Future AACI tours include Russia in June and July, 4 Night Kosher Cruise in August, Italy in September, China in October and Southern Spain in November.  For complete information call 02-566-1181 or check out our website www.aaci.org.il (straight to travel information http://www.aaci.org.il/articlenav.php?id=43)


Canadian, Eh? Some Important Information on Passport Application from Israel

Your Canadian Passport

Summertime, and the Anglos are traveling. But if you’re an Anglo of the Israeli-Canadian persuasion, it’s important to prepare early if you are planning to travel out of the country this summer. Applying for a Canadian passport has become quite involved, with a number of new requirements, especially if your old passport expired more than a year ago. NOTE: Please see the bottom of this article for more information about office hours and requirements for processing your Canadian passport.*

I just visited the Canadian embassy in Tel Aviv. The first thing you should know is that if you’re coming from Jerusalem, the embassy is very easy to get to. Take the 405 from the capital, and get off at the LaGuardia Interchange (the stop before the Tel Aviv Central Bus Station). From there, it is a five minute walk to Beit Canada; you do not have to transfer to a Tel Aviv city bus – or pay 40 shekels for a taxi the way I did the first time I went there as a new olah!

Inside, the passport office is a clean and pleasant place. Be aware that you will not be permitted to use your laptop, cell phone or iPad, but instead will have to check your electronic device with the security guard. You are also not allowed to bring in large packages or luggage items, or to eat or drink in the office. There is a water dispenser for your convenience.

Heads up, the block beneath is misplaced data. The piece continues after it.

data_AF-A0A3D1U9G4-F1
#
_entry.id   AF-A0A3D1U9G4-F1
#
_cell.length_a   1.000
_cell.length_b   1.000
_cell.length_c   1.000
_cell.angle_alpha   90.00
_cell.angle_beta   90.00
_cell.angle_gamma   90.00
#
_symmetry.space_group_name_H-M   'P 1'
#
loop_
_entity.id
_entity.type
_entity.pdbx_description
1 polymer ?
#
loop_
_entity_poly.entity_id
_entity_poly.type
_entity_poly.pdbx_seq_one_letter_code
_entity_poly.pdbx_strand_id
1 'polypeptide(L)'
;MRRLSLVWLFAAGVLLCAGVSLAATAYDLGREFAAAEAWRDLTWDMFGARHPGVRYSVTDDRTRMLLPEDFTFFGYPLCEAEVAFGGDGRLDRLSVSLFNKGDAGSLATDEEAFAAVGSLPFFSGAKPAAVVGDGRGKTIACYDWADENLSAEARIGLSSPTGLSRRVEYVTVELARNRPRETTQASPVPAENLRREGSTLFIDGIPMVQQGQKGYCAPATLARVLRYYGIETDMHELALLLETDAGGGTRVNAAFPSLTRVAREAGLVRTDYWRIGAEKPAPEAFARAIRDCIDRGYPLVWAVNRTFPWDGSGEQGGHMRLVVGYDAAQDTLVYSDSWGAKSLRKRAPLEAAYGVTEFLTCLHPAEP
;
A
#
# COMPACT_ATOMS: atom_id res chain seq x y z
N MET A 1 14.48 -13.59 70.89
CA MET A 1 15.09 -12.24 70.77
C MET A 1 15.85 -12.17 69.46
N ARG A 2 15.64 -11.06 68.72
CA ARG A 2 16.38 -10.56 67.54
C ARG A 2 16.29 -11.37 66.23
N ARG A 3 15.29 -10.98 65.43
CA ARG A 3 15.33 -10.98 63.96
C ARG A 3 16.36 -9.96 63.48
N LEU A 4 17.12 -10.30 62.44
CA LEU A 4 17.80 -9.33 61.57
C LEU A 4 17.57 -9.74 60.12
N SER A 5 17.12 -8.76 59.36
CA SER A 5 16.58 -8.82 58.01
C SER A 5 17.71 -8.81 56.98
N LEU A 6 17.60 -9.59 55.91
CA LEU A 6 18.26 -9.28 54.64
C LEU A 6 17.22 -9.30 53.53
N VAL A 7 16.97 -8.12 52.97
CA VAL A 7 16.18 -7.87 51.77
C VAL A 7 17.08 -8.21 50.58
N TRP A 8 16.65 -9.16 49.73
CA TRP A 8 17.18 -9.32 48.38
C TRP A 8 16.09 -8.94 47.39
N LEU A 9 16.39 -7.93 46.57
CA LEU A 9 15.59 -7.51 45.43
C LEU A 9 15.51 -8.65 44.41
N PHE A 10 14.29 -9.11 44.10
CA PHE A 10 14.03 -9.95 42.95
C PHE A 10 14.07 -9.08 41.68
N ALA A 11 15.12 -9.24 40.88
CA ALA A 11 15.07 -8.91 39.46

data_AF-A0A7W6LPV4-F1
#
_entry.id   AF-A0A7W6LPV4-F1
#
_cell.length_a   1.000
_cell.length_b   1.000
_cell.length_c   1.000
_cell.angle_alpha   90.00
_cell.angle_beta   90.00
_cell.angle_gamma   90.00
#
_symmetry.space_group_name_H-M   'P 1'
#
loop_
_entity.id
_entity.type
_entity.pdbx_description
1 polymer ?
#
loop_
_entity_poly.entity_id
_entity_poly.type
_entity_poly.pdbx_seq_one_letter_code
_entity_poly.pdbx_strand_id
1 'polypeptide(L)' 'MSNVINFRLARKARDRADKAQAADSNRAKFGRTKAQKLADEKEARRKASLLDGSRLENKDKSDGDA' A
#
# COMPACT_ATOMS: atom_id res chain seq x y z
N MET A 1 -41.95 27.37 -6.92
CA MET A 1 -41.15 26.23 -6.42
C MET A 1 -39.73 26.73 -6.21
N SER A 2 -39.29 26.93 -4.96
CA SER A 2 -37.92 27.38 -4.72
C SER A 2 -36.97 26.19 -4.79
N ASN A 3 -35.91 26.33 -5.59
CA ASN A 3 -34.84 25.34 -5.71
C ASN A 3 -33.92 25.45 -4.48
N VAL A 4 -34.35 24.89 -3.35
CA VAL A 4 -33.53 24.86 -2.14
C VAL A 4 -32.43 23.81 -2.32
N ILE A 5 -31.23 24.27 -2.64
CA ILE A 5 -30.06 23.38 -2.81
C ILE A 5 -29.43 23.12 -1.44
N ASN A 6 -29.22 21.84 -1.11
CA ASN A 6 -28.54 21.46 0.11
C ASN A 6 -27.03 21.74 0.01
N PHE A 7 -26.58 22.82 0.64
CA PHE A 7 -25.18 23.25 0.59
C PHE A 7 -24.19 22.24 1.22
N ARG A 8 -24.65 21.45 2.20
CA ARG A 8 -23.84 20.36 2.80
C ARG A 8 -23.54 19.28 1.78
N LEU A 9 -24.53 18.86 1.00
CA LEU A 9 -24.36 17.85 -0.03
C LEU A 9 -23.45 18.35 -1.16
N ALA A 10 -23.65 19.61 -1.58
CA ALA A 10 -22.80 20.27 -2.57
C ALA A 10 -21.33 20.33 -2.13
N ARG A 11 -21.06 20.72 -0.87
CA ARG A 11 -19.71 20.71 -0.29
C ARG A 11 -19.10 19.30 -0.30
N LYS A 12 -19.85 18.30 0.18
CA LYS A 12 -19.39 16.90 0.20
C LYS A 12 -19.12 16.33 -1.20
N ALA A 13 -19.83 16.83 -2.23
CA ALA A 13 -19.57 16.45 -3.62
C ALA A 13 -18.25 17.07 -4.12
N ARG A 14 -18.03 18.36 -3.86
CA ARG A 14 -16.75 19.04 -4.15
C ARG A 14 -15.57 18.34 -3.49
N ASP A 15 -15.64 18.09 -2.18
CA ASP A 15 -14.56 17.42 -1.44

I had left my home in Jerusalem at 6:30 in the morning to get to the embassy soon after it opened at 8:00 AM. There were just two people ahead of me, so I only had to wait about fifteen minutes. Apparently the passport office does get quite crowded later in the morning, though, and it is especially busy on Fridays.

Although I had checked the passport application requirements in advance with the embassy website, I was a little nervous, afraid that I had missed some detail. A friendly fellow Canadian who had arrived after me (but just to pick up passports that were ready – lucky her!) went over the list with me. She seemed impressed that I had brought a certified check rather than cash, and that I had gotten an acceptable guarantor.

When it was my turn to meet with the passport clerk, I felt fairly self-confident. She looked over my application. Proper form? Check. Filled out in black ink, all in capital letters? Check. Proof of citizenship? Check. Professional photos taken within the last 6 months, of the right dimensions and with the proper facial expression? Check. Payment? Check – and a certified one, at that.

Canadian Passport Photo Specs

However, if an applicant’s Canadian passport has expired more than a year ago, as mine had, an additional form of official identification, with signature, is required. I had my slightly – ok, very – battered Canadian social insurance card in addition to my old passport, but apparently that was not sufficient. The clerk asked for my Israeli passport or driver’s license (an Israeli “teudat zehut” is not acceptable). I don’t drive, and my Israeli passport had also expired. In fact, updating that was the next errand on my list.

Although the clerk was sympathetic and took the time to double check with her supervisor, my ID was just not good enough. So I’m off to renew my Israeli passport and then to head back to the Canadian embassy to prove that I am who I think I am.

Oh well … at least I got a walk on the beach out of the whole excursion.


The Canadian embassy in Israel is at 3 Nirim, Tel Aviv. Passport applications and renewals are accepted 8:00 to noon, Monday, Tuesday, Thursday and Friday, except on Israeli and Canadian holidays.

Tel: (011 972 3) 636-3300

Fax: (011 972 3) 636-3380

Email: taviv@international.gc.ca